Limitations of using serum prolactin as a guide to distinguish between a prolactinoma and a non-functioning pituitary adenoma with disconnection hyperprolactinaemia.

Amin A1, Mendoza N2, Mehta A3, Meeran K1, Hatfield E1, Martin NM1

1Department of Endocrinology;  2 Department of Neurosurgery;  3Department of Radiology.  Charing Cross Hospital,  Imperial College Healthcare NHS Trust, Fulham Palace Road, London W6  8RF



A 28 year old man presented in June 2009 to the Neurologists with a 3 month history of headaches and visual loss.   He was shaving twice weekly and had a recent absence of morning erections.  Perimetry confirmed a well demarcated bitemporal hemianopia.  A MRI of his pituitary gland revealed a large pituitary macroadenoma with elevation and compression of the optic chiasm and involvement of the left cavernous sinus.  He was transferred to our centre for urgent surgical intervention. Endocrine review confirmed an elevated prolactin 10,175 mU/L (negative for macroprolactin), low random cortisol 62 nmol/L, probable growth hormone deficiency GH <0.05 mg/l, IGF-1 9.0 nmol/L (NR 15-37 nmol/l), secondary hypothyroidism TSH 2.27 mU/L, fT4 6.6 pmol/L, and secondary hypogonadism LH <0.05 IU/L, FSH 1.6 IU/L, testosterone 0.5 nmol/L. 


The endocrine team was concerned that the prolactin level was higher than expected for a non-functioning pituitary adenoma and requested that surgery by postponed. Serial dilutions were performed which confirmed the prolactin result remained elevated at 11,000 mU/L.  He was commenced on hydrocortisone and cabergoline 250 mcg twice weekly. The aim was to assess whether there was an improvement in his visual fields in the short-term, to support the use of medical rather than surgical treatment in this patient.  However, there was little change of his visual fields following three weeks of treatment, and hence he was referred for urgent transsphenoidal surgery.  There was good improvement of his visual fields post-operatively.  Histology confirmed a bony invasive gonadotroph adenoma secreting FSH beta subunit, supporting a diagnosis of a non-functioning pituitary adenoma with disconnection hyperprolactinaemia rather than a prolactinoma.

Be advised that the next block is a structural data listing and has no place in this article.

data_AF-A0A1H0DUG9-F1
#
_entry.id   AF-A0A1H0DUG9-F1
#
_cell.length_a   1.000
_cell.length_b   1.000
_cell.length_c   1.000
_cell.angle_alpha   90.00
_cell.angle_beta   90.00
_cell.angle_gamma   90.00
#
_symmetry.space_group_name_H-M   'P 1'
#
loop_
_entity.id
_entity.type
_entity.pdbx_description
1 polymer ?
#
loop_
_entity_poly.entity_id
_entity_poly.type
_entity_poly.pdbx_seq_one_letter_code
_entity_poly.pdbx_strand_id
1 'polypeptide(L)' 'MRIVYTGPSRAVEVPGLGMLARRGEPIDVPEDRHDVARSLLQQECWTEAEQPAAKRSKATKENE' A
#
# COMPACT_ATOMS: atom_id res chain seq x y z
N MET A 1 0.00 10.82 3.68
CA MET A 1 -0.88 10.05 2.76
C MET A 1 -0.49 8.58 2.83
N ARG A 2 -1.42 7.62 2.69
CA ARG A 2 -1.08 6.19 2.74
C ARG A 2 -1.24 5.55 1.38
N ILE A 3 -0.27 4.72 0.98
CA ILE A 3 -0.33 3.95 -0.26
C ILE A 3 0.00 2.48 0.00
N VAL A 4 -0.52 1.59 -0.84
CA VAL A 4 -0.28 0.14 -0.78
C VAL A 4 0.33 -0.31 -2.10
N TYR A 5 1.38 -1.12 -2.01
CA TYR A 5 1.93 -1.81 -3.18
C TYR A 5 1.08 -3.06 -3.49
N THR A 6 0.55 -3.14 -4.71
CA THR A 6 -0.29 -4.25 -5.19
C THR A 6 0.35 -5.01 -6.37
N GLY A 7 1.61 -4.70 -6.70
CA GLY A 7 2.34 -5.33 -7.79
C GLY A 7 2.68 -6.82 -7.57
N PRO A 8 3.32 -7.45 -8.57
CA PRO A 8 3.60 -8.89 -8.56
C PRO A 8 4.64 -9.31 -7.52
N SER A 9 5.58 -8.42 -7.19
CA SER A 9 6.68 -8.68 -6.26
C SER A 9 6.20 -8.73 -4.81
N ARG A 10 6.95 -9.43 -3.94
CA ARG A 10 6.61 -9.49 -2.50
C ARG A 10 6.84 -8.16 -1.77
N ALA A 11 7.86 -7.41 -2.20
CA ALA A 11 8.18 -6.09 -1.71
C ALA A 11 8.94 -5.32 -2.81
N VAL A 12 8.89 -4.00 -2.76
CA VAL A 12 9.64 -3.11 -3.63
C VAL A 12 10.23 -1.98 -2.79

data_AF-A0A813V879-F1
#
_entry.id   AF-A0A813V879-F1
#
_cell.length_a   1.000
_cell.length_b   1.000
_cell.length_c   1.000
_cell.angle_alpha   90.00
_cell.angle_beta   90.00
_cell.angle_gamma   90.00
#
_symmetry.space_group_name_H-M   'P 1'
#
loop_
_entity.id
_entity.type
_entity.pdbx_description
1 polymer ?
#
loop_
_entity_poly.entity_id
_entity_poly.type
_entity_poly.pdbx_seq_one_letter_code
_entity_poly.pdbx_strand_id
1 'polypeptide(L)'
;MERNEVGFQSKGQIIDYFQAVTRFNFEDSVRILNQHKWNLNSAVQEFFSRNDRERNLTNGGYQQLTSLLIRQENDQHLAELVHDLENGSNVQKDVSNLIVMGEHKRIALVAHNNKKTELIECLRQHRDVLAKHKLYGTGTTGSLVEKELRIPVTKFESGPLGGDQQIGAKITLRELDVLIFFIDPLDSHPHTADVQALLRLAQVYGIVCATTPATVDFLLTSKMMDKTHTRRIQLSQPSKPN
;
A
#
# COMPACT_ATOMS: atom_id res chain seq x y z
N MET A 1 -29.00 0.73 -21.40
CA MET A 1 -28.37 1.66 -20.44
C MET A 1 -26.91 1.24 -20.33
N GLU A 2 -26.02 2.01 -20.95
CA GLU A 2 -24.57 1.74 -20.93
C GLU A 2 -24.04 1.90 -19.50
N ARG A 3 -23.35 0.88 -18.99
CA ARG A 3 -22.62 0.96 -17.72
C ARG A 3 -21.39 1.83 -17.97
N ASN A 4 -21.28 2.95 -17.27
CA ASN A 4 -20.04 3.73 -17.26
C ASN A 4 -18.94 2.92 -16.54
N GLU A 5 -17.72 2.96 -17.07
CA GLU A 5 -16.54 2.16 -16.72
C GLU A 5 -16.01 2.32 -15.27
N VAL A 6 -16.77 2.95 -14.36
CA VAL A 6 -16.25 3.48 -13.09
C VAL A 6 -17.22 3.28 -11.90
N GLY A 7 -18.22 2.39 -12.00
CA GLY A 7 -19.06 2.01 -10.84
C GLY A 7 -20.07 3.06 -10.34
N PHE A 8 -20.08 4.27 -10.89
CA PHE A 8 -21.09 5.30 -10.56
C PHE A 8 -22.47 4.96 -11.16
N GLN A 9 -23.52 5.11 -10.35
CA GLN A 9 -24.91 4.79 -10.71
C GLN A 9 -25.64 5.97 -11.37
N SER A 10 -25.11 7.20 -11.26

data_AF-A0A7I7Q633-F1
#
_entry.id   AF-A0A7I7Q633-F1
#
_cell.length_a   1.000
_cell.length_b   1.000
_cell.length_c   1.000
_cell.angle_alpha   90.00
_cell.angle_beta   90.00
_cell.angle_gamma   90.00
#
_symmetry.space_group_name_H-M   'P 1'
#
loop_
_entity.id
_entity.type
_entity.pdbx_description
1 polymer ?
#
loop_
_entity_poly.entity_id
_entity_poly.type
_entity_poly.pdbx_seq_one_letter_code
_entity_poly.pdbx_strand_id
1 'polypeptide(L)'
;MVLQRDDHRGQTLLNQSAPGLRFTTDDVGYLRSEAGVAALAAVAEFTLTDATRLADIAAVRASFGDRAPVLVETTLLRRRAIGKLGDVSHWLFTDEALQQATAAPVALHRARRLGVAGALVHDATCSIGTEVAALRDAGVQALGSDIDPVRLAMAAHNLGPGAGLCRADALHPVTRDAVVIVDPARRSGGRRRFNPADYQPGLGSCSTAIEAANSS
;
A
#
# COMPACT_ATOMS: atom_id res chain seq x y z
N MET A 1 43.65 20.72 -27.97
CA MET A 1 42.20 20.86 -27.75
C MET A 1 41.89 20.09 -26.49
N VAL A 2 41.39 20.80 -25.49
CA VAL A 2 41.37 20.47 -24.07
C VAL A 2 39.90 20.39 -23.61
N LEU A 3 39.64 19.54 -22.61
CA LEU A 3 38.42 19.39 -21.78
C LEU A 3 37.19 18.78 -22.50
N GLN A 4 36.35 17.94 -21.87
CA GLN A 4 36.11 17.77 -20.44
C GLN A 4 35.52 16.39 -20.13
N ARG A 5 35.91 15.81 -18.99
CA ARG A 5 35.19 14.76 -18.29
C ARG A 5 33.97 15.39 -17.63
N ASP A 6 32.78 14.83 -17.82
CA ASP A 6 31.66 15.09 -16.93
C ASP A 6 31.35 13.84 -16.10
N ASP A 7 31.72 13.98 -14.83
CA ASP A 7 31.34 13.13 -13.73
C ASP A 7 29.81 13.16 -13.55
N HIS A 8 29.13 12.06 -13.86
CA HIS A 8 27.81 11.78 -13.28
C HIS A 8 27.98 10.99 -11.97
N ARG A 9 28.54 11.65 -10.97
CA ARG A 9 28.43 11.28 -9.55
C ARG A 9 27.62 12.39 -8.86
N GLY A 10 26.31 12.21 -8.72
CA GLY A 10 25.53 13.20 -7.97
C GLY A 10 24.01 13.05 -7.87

This case highlights a number of important points.  Prolactin cannot always be used reliably to guide whether a large pituitary tumour, in the context of hyperprolactinaemia, is a non-functioning pituitary adenoma or a prolactinoma. This case shows the limitations of a proposal to use a cut-off for serum prolactin of  >2000 mU/L to distinguish between these two tumour types.